Security at public buildings can be enhanced when architects are able to provide appropriate design strategies to achieve desired levels of protection, rather than using a one-size-fits-all approach, a leading expert on building security testified before Congress today.
“There is no single design solution to providing physical security to facilities in the built environment,” said Barbara A. Nadel, FAIA, and principal of Barbara Nadel Architect, a New York City-based architectural and consulting firm. “Each building and site is different, and presents different security challenges.”
“A high-rise office building in suburban Arlington, Virginia, for example, may be subject to a different range of threats and vulnerabilities than a mid-rise office building in a medium sized Midwestern city or suburb,” Nadel added.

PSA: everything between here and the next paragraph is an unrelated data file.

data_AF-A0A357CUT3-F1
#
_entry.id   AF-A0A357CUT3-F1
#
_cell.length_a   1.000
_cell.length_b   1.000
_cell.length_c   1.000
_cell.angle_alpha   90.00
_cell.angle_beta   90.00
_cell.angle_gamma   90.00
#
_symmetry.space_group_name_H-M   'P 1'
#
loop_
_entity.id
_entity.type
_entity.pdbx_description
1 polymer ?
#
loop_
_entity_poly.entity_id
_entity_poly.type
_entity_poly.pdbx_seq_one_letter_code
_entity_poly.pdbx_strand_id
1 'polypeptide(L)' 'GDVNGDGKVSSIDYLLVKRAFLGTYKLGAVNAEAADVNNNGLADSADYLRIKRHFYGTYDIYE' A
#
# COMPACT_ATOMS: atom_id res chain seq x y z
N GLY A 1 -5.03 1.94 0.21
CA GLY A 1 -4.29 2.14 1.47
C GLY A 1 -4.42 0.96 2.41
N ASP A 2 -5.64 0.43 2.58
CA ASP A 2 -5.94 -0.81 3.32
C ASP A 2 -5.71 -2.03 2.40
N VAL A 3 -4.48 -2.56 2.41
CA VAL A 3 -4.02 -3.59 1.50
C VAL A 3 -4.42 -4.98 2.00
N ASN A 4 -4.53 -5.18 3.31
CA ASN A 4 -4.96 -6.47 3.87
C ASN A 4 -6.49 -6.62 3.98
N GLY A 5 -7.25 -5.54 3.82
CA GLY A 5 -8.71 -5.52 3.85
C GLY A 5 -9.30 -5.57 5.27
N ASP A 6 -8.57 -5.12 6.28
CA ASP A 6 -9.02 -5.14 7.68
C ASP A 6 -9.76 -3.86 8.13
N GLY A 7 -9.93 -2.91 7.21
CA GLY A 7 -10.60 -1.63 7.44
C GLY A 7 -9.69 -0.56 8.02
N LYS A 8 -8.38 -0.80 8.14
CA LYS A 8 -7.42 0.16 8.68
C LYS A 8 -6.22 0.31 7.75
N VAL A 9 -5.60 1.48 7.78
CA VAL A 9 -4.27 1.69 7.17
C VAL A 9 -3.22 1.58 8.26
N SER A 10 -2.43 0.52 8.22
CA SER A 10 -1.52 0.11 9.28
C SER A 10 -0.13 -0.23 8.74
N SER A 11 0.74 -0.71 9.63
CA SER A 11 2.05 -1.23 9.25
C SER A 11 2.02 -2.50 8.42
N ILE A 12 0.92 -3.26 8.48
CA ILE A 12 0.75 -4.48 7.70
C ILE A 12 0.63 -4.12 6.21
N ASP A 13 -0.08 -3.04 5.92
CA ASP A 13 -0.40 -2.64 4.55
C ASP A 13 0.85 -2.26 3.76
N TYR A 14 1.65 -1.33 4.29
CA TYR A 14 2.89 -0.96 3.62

Nadel, testifying before the House Subcommittee on Economic Development, Public Buildings and Emergency Management, said a comprehensive security plan integrates design, technology and operational measures, which are put in place by building owners. Building owners must have the flexibility to raise or lower security levels as needed, based on actionable intelligence and other factors. Customizing security strategies for each building and site allows a wiser use of limited resources and taxpayer dollars.
“Design of building exteriors, windows, and glazing materials can contribute to building security, along with underground parking policies and site design,” Nadel said. “In urban settings the goal is to mitigate risk,” Nadel said. “Building security should prevent mass casualties, minimize injuries, protect assets, and enhance resilience. Owners, architects, and security experts can assess the risks and options most suitable and affordable for each facility, and develop design strategies to ensure an appropriate level of protection.”
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